Figure 1. Track of Erin’s center at 6 h intervals (black symbols) and forecast of 12 h positions after 12 UTC 18 August 2007 (Source: U.S. Navy).
Figure 2. Oklahoma Mesonet meteograms from Watonga and Ft. Cobb, OK, showing sharp pressure fall and strong wind shift between 1000 and 1300 UTC (0300 to 0600 CDT) as eye of redeveloped Erin passed. Note wind gusts between 70 and 80 mph (31-36 m s-1) at both locations.
Figure 3. Total rainfall (inches) observed by Oklahoma Mesonet, 0000 UTC 18 to 0000 UTC 19 August 2007.
Figure 4. Severe weather reports for 8/18/07 to 8/19/07 from Storm Data, via SPC. Red paths denote tornadoes with F (EF) Scale ratings. Blue dots signify convective wind gusts ≥50 kt (25 m s-1) severe criteria, with values in kt. No hail reports occurred with this phase of Erin’s lifespan.
Table 1. Severe weather reports in Oklahoma associated with Erin (August 19) (Source: NWS Forecast Office Norman)
Figure 5. Enhanced infrared satellite images at (a) 0040, (b) 0240, (c) 0440, (d) 0640; (e) 0840; and (f) 1040 UTC during rapid intensification of Erin as the storm crossed into southwest Oklahoma. Expansion and cooling of cloud tops occurred through 0840 UTC, with warming from about 1040 UTC onward.
Figure 6. (Base reflectivity (0.5° tilt) from KTLX for (a) 1102; (b) 1152; and (c) 1224 UTC representing snapshots of the evolution of the precipitation-free eye over central Oklahoma.
Figure 7 – Base reflectivity (1/2 deg tilt) from KTLX (Oklahoma City radar) at 1024 UTC overlain on conventionally plotted METAR and Oklahoma mesonet surface data, illustrating closed wind circulation collocated with Erin’s redeveloped eye. Note also the warm core structure evident in the surface temperature observations (°F).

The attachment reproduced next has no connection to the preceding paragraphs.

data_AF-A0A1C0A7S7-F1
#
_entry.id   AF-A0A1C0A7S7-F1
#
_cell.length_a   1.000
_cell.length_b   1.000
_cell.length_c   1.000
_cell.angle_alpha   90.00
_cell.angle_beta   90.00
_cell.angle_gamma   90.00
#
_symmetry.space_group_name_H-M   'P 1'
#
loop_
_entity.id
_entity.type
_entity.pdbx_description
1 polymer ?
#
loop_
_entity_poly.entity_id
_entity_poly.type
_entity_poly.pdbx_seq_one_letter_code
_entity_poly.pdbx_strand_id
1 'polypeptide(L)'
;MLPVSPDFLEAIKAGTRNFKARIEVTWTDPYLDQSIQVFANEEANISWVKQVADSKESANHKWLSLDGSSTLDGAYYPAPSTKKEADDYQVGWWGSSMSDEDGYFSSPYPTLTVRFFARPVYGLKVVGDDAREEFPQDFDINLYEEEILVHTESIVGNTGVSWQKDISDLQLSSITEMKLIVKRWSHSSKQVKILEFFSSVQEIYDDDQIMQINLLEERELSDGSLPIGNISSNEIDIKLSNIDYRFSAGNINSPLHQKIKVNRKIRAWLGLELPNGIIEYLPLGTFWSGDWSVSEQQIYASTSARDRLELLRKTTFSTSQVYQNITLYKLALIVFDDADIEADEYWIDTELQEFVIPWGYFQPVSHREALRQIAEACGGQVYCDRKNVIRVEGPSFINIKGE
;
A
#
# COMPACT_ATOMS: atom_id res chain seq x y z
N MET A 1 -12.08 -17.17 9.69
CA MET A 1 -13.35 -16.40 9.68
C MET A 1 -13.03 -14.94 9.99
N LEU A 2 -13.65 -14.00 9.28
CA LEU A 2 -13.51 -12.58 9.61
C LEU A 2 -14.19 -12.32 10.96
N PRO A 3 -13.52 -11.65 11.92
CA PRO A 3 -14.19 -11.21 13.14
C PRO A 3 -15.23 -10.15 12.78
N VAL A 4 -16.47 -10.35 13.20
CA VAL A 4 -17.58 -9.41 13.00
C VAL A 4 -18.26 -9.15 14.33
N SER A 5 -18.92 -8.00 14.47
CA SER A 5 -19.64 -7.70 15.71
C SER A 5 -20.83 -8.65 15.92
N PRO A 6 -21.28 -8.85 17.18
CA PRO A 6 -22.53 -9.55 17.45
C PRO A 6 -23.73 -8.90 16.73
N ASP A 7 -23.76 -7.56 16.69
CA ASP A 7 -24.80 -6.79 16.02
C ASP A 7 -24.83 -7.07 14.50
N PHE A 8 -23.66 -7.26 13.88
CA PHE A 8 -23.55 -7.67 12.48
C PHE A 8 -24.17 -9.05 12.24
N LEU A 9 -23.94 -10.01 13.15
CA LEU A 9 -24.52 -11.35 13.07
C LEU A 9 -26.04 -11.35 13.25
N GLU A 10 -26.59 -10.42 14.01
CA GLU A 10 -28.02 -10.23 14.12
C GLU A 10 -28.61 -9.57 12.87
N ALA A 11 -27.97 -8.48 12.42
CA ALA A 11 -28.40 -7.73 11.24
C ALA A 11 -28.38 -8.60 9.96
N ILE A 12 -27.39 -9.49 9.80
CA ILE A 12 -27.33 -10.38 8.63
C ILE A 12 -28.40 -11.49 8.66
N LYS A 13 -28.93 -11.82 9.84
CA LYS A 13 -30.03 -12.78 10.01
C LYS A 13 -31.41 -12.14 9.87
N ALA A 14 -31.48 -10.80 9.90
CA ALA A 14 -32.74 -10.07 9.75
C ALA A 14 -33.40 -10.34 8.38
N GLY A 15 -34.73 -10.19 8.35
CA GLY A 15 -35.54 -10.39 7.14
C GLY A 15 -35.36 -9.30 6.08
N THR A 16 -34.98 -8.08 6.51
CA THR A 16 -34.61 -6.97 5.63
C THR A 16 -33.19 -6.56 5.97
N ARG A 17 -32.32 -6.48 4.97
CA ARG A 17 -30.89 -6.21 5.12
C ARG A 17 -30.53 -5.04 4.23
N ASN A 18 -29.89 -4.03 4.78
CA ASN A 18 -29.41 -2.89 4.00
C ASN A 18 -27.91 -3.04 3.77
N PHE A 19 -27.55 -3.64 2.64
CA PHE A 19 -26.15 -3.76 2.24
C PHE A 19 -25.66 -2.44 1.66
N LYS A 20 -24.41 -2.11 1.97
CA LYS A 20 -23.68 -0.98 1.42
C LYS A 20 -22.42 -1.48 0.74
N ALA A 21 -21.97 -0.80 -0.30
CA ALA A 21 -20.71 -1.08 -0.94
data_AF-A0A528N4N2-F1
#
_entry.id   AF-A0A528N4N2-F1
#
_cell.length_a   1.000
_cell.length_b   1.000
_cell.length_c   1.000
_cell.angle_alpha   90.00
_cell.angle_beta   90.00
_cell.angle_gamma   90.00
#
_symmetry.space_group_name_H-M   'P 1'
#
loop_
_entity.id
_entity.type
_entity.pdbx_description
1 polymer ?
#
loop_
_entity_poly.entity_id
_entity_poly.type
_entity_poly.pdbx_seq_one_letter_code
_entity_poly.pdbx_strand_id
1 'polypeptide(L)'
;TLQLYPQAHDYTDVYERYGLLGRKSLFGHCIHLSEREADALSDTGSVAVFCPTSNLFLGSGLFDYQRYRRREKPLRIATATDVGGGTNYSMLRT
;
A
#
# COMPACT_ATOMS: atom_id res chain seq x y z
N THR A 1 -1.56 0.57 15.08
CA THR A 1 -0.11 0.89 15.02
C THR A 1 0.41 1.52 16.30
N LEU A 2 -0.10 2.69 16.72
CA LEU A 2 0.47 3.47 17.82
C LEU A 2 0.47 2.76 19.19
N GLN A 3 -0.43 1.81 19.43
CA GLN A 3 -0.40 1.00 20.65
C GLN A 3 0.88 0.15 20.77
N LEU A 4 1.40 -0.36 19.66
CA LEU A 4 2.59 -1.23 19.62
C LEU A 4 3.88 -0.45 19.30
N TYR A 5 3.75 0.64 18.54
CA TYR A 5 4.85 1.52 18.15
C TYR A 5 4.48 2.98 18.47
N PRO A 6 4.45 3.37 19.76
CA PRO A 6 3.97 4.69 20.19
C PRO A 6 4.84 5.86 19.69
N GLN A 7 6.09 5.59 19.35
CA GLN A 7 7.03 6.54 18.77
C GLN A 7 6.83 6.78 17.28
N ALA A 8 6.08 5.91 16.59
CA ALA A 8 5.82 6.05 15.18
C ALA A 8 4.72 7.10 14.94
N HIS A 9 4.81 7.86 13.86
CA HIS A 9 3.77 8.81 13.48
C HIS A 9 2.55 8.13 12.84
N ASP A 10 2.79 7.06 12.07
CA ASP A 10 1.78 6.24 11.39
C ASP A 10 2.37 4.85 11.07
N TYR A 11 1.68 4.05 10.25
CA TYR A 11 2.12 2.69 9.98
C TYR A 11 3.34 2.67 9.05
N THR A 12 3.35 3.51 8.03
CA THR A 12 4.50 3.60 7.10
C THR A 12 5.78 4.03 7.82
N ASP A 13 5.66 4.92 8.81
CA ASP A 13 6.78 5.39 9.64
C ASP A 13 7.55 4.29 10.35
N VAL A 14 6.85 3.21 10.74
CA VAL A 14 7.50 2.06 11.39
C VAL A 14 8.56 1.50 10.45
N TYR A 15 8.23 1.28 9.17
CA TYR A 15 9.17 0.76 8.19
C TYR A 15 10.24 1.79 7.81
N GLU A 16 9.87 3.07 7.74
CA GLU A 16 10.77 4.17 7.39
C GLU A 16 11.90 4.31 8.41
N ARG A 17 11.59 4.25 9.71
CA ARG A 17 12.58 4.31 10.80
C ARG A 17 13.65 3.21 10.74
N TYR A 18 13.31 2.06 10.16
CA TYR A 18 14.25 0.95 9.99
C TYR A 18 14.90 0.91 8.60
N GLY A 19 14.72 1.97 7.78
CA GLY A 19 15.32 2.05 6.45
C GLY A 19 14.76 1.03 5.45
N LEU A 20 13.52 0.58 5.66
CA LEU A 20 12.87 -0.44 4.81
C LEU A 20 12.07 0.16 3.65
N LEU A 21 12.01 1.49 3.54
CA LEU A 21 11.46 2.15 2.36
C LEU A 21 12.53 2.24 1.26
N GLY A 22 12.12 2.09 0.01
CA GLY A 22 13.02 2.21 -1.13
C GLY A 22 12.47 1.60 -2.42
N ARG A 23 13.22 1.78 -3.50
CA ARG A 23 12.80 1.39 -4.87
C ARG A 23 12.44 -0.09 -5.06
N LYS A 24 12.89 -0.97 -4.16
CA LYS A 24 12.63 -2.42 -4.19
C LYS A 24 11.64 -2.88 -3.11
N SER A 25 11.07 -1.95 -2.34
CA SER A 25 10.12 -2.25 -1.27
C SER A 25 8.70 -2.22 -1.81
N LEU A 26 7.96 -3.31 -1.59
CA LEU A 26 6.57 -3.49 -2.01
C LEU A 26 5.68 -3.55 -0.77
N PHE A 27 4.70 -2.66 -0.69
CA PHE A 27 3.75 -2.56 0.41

Figure 8. Subjective analysis of isobars (black) and isotherms (dashed red) at 1007 UTC 19 August 2007. Outside storm-scale cold pools generated by convection around the center of the storm (and evidenced by the outflow boundaries), the surface temperature field indicates that the cyclone was warm core.
Figure 9. Conventional plot of Oklahoma Mesonet observations at 0620 UTC 19 August 2007. Wind barbs represent gusts in mph, with temperature and dew point values in °F. Over the next 10 h wind fields were strongest near the ground, and weakened with height, as is expected for warm core lows.
Figure 10. 72 h backward trajectory analysis (tick marks at 6 h intervals) of the 10 m AGL (surface) parcel, ending at the star (Oklahoma City) at 1000 UTC 19 August. The graph below, read from right to left, shows relative humidity of the parcel with time following the trajectory, with tick marks corresponding to those on the planar map. Courtesy NOAA.
Figure 11. Plots obtained by NCEP reanalysis for 12 UTC 19 August 2007 of (a) 1000 mb heights (m) overlain with total precipitable water in the column from the surface to the top of the atmosphere (kg m-2); (b) 500 mb heights (dm) overlain with θ (K); and (c) 500 mb heights (dm) overlain with 1000 mb divergence (10-5s-1).
Figure 12. 500 mb temperatures (oC) and 850 mb heights (dm) at 12 UTC 19 August 2007, obtained by NCEP reanalysis. Note the collocation of the warmest temperatures 500 mb temperatures with the lowest heights at 850 mb (and other lower levels, not shown). Baroclinic systems would show colder temperatures on the western portion of such cyclones.
Figure 13. (a) Composite soundings and hodographs for right-front quadrant of landfalling tropical systems (from McCaul 1991) (bold—fast moving systems; light—slow moving systems); and (b) ADAS sounding and hodograph for KOUN (Norman, OK) at 1000 UTC 19 August 2007.
Figure 14. Percentage of normal precipitation (top) and observed soil moisture (Fire Weather Index units, FWI) over Oklahoma for July 2007 (Source: Oklahoma Climatological Survey).
Figure 15. 2006 and 2007 Oklahoma precipitation monthly totals relative to normal (Source: Oklahoma Climatological Survey).